Fifteensquared

Never knowingly undersolved.

Guardian 24256/Rufus

Posted by linxit on December 11th, 2007

linxit.

Solving time 10:07

Sorry for the lateness of the post, but I’ve been away from the computer all day and only just got round to solving it.
Typical Rufus with lots of cryptic definitions, and there were some good ones today. I especially liked 20A and 17A.

Across
9 TESTATOR – CD, and an old chestnut.
14 REL(OC)ATE – OC = CO rev.
17 CURTAINS – CD. I liked this one, but wonder about the optional (not necessarily) quartering!
20 COOKERY BOOKS – Really good CD. I thought it would probably be …BOOKS, but didn’t think about it further until I had some crossing letters.
23 GYRATE – tragedy* – d
24 LITERARY (it rarely)* – Good surface reading. I didn’t spot it as an anagram right away.
26 ENW(new*),RAP

Down
5 THREE BRASS BALLS – the symbol of a pawnshop, and to pop is to pawn something. Not in any dictionaries that I could see, but should be familiar to most.
8 I’LL BUY THAT – Another one that I suspected of not being in the dictionary, but surprisingly it is, under buy in Chambers.
12 PSEUDONYMS (send my opus)*
15 CORKS,CREW
16 DISRAELI (L,diaries)* – Benjamin Disraeli was a novelist as well as a politician, although the only one I’ve come across is Coningsby, as there was a thematic crossword based on it earlier in the year. Can’t remember which, maybe the Spectator?

5 Responses to “Guardian 24256/Rufus”

  1. Geoff says:

    16D: Benjamin DISRAELI was Prime Minister in an age when that office allowed more spare time, and wrote several novels, of which the most celebrated was probably ‘Sybil, or The Two Nations’ – which popularised the ‘two nations’ concept of social Conservatism (perhaps he should have titled it ‘The Oxymoron’?)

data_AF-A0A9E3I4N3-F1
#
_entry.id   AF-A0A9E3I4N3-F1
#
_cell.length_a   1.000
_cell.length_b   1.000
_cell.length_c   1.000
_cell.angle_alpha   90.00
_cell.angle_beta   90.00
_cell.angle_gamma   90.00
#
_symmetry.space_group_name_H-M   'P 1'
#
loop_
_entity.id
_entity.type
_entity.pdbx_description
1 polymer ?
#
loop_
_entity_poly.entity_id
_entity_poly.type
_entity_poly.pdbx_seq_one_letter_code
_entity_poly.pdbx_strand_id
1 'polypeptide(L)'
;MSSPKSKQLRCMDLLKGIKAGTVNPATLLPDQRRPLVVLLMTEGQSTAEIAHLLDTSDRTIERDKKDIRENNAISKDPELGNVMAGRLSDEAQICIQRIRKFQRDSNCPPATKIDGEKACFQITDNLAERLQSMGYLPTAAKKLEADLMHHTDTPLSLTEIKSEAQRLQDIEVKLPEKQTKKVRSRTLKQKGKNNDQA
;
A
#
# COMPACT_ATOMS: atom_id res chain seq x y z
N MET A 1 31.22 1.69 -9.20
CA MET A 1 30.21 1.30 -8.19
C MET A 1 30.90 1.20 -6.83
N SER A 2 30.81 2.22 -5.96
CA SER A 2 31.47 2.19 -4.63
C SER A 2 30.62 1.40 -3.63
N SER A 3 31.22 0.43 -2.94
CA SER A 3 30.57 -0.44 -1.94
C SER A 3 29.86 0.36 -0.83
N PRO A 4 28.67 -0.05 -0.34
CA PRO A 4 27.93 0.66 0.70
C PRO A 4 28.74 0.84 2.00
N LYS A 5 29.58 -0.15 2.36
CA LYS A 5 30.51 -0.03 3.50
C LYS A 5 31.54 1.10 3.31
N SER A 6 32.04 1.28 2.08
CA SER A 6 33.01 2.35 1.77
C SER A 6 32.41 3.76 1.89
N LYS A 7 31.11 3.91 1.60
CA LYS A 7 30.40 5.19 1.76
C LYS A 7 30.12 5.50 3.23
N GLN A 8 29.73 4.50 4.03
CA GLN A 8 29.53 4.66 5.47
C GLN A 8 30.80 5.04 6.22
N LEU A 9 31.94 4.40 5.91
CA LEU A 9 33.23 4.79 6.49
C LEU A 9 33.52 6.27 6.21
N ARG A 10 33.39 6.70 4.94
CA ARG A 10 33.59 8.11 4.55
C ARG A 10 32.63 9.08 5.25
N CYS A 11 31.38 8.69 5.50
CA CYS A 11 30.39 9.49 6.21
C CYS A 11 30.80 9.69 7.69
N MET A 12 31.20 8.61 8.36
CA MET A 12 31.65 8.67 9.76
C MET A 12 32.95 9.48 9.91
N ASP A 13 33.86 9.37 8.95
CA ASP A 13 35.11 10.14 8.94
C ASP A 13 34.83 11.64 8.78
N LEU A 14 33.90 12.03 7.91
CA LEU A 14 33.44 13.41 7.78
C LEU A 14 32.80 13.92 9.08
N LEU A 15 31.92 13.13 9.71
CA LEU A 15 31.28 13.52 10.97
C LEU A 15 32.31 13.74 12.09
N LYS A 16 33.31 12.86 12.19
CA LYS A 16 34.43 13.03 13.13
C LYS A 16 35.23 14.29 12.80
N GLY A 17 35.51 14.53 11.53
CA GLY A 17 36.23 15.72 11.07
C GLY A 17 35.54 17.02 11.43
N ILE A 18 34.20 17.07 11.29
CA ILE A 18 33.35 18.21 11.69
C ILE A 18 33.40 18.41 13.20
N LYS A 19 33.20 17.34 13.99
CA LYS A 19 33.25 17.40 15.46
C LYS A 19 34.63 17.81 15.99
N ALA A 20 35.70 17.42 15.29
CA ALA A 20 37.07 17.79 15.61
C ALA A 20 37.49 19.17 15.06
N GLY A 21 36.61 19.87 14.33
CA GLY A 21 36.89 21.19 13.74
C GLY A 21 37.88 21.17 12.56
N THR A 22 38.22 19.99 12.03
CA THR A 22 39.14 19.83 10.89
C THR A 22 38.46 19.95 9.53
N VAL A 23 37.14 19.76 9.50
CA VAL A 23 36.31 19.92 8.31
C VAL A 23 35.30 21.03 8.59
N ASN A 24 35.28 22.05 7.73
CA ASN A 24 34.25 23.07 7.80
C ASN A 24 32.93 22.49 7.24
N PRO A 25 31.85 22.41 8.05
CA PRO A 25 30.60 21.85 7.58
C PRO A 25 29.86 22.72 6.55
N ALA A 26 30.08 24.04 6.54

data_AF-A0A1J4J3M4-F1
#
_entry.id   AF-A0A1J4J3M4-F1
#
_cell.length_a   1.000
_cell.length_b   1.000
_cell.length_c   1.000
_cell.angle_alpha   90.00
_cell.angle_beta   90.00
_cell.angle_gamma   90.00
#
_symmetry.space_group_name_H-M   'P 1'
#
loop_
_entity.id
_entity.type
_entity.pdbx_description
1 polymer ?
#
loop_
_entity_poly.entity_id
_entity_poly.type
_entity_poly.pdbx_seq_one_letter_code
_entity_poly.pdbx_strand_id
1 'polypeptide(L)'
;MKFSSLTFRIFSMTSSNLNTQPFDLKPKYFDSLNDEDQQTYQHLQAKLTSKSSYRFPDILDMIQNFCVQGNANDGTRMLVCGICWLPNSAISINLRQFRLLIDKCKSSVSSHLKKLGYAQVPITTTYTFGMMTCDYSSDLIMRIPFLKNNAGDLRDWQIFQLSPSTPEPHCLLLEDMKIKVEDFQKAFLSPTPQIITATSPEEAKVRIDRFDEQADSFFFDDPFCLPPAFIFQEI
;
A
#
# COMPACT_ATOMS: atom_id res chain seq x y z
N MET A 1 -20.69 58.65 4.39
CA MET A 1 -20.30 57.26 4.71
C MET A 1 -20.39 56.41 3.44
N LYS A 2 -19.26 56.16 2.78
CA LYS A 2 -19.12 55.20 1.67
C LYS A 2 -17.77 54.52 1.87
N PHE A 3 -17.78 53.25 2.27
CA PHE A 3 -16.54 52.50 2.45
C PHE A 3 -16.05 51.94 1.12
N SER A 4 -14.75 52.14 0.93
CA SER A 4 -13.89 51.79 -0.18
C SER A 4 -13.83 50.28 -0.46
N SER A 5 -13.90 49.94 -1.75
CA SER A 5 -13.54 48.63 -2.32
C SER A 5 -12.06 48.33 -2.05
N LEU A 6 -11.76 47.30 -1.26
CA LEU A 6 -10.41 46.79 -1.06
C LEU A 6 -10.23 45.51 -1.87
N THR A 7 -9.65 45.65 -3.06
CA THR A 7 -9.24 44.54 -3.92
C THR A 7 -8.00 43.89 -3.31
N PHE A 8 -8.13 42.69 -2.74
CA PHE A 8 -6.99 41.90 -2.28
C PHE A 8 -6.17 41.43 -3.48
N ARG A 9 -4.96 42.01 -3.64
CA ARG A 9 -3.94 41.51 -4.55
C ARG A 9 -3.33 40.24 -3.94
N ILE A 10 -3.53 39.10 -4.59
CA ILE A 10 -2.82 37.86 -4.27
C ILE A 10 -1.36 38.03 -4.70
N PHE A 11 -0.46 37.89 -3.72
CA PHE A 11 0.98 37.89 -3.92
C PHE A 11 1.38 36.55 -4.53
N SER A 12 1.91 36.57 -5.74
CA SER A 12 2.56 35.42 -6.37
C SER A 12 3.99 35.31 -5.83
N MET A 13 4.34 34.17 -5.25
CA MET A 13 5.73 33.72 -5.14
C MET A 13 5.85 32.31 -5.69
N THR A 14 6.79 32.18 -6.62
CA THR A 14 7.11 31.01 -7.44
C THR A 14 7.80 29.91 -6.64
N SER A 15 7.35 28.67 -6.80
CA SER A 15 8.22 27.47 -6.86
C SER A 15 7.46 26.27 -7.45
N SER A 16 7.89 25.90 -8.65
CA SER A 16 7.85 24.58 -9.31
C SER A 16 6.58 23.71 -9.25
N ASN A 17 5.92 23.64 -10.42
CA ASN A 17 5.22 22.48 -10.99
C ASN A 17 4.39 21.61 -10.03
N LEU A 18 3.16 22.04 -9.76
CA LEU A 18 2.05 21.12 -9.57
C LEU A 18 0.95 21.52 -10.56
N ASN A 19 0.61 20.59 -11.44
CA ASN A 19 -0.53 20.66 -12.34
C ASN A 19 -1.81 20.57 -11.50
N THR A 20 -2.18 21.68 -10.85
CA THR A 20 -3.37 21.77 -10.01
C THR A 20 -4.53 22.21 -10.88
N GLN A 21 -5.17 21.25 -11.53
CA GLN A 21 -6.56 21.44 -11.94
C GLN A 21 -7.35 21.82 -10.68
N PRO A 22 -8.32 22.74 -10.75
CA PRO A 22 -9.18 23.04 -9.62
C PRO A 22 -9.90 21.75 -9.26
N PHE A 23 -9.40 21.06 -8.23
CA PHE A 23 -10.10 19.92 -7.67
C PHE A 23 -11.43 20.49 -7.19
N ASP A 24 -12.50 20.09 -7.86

Several bloggers and correspondents have complained about the large proportion of anagrams in recent Rufus offerings. This one was notable for the prevalence of clues consisting of a single cryptic definition – I counted 8. Personally, I find that a bit too much for my taste, but Rufus does do them well. I think the ‘quartered’ in the clue to 17A helps to emphasise the decoy surface meaning – without it, the required reading would have been too obvious. And curtains can be ‘quartered’ in the sense that those covering a large window may be in four separate sections.

  2. Dave Ellison says:

    17A I thought there was a play on curtains also meaning “the death of you”. So, curtains can be hung (not hanged) and drawn, but you wouldn’t kill them.

    A vg clue.

  3. Dave Ellison says:

    5D I once heard (in Canada) an explanation of the song “Pop goes the weasel”, as sung by Anthony Newley, with Pop meaning to pawn. Can’t remeber what the Weasel was.

  4. beermagnet says:

    Weasel and stoat = Coat

  5. muck says:

    All my sources say that the pawnbroker’s sign is three golden balls, but brass is that colour.

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